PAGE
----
Reformation Sunday

Reformation Sunday

Wicker Park Lutheran Church

Rev. Jason S. Glombicki

October 30, 2022

Looking at all of today’s texts, Jeremiah is pulling at me in the most. It doesn’t happen often that a reading from the Hebrew Scriptures grabs me more than the gospel reading. After all, Jesus is kind of a big deal in Christianity. But, I think it’s the reformational aspect and the covenantal language that draws me to its wisdom.

Before we get too deep into all that, I want to make sure we’re all on the same page. In Biblical terms, what is a covenant? It’s like what we would call a contract, treaty, or will. It’s something that establishes the basis of a relationship and sometimes includes promises and conditions along with consequences for breaking the covenant. In modern times, marriage is a well-known type of covenant. In the Bible there are a handful covenants. Can we think of any? The Noahic covenant– the one where God promises not to flood the world again. The Abrahamic covenant – the promise that God would make of Abraham a great nation and give his descendants land among other things. The covenant mentioned in Jeramiah is the Mosaic covenant. The main point of the Mosaic covenant is that IF the people obey God’s commands, then they will be God’s people, a holy nation. These commands include the big 10 – not the universities, but the commandments.

Part of that covenantal story is the only stained-glass window we have from the Hebrew Scriptures.[1] And in the reading from Jeremiah, there is an acknowledgement that the people broke the covenant. The people failed to love God and neighbor. The people trusted in themselves instead of God. The people literally worshiped money, power, and beauty. In the story, they turned to chaos, they were mocked by their enemies, and eventually Moses executed over 3,000 people. The covenant was broken.

But this isn’t a story from long ago, the Mosaic covenant is broken daily. I wonder how often do we fail to live out the covenant to follow God’s laws? Let’s take the first commandment to have no other gods. Chances are we break that one without even realizing it. We often worship, emphasize, or honor other idols. We value and idolize the pursuit of money, status, and prestige over loving our neighbor. We venerate process and productivity over God’s covenant of love.

Or how about when we deceive others by selectively posting only our best pictures on social media? There we project an unrealistic idea of perfection, and we intentionally leave out the fully reality. In doing so, researchers tell us that it harms our neighbor’s body, mind, and spirit.[2] That harm breaks the fifth commandment. So too, in our desire to consume, buy, and have the latest, we harm our neighbors. Our actions take advantage of the poor and oppressed who farm our food, sew our clothing, and risk their lives for our technology. In doing so, we break the ninth and tenth commandment. You see, far too often, we, like the Israelites, reject God’s covenant, we fail to love God, and we neglect to care for our neighbor. And that is what Jeremiah names.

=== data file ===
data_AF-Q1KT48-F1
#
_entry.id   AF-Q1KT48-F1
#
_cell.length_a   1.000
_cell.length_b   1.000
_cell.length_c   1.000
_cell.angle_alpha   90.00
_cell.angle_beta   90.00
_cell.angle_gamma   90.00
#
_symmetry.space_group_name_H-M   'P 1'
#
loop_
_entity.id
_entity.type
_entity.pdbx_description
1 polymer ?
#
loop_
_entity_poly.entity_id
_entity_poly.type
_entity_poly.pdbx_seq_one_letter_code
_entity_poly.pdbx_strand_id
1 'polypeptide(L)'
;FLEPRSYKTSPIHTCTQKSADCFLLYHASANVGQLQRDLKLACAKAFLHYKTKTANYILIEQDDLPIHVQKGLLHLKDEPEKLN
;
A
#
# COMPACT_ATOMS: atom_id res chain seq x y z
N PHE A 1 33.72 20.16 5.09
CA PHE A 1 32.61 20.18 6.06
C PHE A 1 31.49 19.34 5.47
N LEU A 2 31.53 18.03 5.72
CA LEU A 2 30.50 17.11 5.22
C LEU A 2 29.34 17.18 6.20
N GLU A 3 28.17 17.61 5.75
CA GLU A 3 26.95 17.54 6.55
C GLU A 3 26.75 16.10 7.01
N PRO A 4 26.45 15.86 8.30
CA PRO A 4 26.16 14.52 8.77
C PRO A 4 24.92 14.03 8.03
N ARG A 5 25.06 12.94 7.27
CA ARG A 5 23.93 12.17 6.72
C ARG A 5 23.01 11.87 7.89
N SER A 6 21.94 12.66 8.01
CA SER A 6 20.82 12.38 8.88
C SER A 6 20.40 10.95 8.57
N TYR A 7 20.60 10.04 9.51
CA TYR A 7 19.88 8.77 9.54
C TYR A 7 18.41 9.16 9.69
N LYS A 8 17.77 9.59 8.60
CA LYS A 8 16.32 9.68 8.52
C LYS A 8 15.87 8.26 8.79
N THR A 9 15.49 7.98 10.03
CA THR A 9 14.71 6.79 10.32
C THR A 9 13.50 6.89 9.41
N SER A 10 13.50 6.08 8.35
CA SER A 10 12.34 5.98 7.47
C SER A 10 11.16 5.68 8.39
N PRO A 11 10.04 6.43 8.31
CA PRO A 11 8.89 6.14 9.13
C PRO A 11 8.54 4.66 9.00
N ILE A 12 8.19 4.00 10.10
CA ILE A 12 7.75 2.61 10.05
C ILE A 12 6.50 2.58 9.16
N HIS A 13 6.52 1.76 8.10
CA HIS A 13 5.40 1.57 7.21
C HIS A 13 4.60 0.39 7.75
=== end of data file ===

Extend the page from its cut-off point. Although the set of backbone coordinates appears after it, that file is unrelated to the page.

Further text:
But Jeramiah reminds us of more than that. Jeramiah proclaims a reformation. Not a Martin Luther reformation. Not a reformation that you and I oversee. Not a reformation that we can screw up again with our pride and privilege. Rather this reformation comes from the first reformer. You see, we have a God who remains faithful and will continually seek out new ways to strengthen our relationship. So, if that covenant written on stone can be broken by you and me all the time, then God re-forms that covenant. God says, “I’m going to make this foolproof. I’m going to embed my law within humankind.  I’m going to put the law of love in their heart and into every fiber of their being. And on that day, no one will need to speak about needing to love God and love neighbor, but instead, on that day, all will already love and the broken covenant of old will be forgotten.”

And isn’t that a beautiful vision? The vision of a day where all will know God, love God, and love our neighbor. And it’s not that far-fetched of a thought, for throughout the scriptures we hear that our God is always doing new things, that God is obsessively looking for new ways to be our God, and relentlessly encouraging us to find new ways for us to be God’s people. We have a God who is fixated on transforming us for love. As a result, our God will change as many times as needed to get us to see, hear, and experience God’s love. We have a God who took on human form in Jesus to remind us of that truth. A God who fills us with the Holy Spirit so that we might embody God’s love. A God who loves us without a conditional clause in this new covenant. For our God relentless pursues that day where every one of us will have love written in our hearts.

And that is what Reformation Sunday is about. It’s a day where we honor our God who never gives up on love. A God who will go to every extreme to reach us, to support us, and to love us. We have a God who is the first reformer. The one who will take on the form of anyone, anything, and take root in any place for the sake of love. And so, we are invited to be on the lookout for God’s reformation. We are encouraged to reform our lives, our church, and our world to better embrace God’s love because we have been loved first. Friends, on this day and always, we are set free from the covenant of old so that we might reflect God’s reforming character all for the sake of love.  Amen.

[1] To explore covenants more, check out